We added a few kms to our overall trip by going off the trail and up to the sleepy town of Naseby. Riding down the hill, in the late afternoon, into Naseby, with pine trees and thick piles of snow on the ground, was magical. As a North Islander who has only known snow on a ski field or overseas, it was lovely to experience winter as so much of the world knows it: clear, cold, snowy surrounds. And the two times we came across snow on the trail itself were so memorable. I now know what it’s like to ride through 10cm+ of snow and it’s not easy.
Because doing the Trail is so uncommon in August, we were a bit of a novelty where ever we went. In Naseby, we chatted with locals in the pub and agreed with the local mechanic that sometimes, you just need a holiday.
Many of the villages were ‘blink and you miss it’ in size. They ranged from just being a pub , to being a pub and an accommodation option (sometimes closed) through to having a couple of pubs, maybe a basic grocery store. The exceptions were Ranfurly and Alexandra, small rural towns that felt like the big city after we’d been riding through nothing for a few hours/days. In many places, I would look at the closed pub or cafe and imagine it in the peak season, the bikes leading up on the doors, the happy punters with a beer in hand and lycra on leg. The silence of our non-existent fellow trail-goers didn’t detract from our trip. It just gave us a different experience.
In Lauder, we stayed at the very comfortable Lauder Store and had a pleasant evening talking to the true blue southern farmers in the pub. I impressed them with my knowledge of sheep breeds and we were delighted to hear of the publican’s plans to own a microbrewery there. We also saw an amazing sunset, with nothing around us but hills and no light pollution. Our cameras didn’t do it justice – it was one of those things that’s better captured in the mind’s lens.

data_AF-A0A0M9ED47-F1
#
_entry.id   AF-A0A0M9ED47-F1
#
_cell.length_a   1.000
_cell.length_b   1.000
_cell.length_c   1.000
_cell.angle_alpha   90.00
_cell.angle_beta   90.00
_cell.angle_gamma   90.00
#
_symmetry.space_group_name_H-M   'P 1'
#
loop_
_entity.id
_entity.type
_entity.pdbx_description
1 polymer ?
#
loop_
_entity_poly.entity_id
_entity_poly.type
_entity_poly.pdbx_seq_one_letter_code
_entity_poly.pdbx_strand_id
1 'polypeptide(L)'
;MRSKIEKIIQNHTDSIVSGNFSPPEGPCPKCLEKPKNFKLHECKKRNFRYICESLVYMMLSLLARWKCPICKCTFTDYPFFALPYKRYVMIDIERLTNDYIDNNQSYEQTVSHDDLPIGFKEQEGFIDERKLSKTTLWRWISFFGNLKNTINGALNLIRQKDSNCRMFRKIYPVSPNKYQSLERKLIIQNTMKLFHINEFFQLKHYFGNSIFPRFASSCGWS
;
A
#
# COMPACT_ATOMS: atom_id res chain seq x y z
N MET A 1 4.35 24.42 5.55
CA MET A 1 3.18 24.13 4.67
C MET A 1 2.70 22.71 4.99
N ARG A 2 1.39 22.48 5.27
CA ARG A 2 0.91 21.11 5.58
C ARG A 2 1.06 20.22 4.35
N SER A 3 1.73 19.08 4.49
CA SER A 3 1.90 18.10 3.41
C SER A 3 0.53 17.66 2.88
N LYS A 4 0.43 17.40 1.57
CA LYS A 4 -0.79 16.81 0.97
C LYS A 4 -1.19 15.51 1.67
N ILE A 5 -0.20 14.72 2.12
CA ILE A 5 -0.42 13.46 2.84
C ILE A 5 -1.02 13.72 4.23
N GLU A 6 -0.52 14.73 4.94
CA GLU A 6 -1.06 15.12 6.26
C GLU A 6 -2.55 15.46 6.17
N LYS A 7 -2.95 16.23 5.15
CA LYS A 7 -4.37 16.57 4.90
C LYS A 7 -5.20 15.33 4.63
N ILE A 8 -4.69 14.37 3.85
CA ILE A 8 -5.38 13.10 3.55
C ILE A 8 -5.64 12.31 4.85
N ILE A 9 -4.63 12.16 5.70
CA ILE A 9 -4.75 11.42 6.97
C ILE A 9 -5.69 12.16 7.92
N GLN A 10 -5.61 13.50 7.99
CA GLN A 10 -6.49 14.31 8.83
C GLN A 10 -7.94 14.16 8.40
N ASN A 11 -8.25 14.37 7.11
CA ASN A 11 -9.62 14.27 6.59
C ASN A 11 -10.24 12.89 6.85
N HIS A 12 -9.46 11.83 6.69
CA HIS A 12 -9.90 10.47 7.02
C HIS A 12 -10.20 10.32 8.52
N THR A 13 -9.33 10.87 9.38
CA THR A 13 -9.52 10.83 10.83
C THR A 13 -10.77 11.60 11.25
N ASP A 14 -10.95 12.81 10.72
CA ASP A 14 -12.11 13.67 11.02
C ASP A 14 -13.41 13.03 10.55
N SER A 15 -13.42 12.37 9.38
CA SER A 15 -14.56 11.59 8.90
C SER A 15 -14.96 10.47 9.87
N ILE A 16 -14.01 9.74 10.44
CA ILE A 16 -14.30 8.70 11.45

Our journey concluded in Clyde, where we proceeded to have one of the best meals of the trip at The Old Post Office Cafe, where we also stayed. Euphoric with the completion of some 180kms in 3.5 days, we proceeded to eat a rich main meal, followed by dessert with three types of dairy. This was a calorie/dairy food blow out second only to the first day, when we consumed a wheel of brie each. But what’s an active holiday without eating!
The trail completed, we travelled by bus back to Dunedin, surreptitiously eating some delicious pork pies.
As I sit here typing, in the evening after another day at the office, the memories of the trip are fresh and still present. I miss the open sky. I miss saying ‘Look at those mountains!’. (I said this over and over again, never tiring of seeing snowy mountain ranges not far from us.) I loved the freedom of just having to get to the next stop, and the quality time of being completely alone, together. I miss being a bit conspicuous, with a bike and a helmet and lycra whenever we bought something from a dairy. I enjoyed meeting the locals, and seeing their pride in what the Rail Trail has done, economically and for the community in their area. I loved being somewhere I hadn’t been before in my own country.
It was a fantastic trip. We made it our own while riding a well ridden path.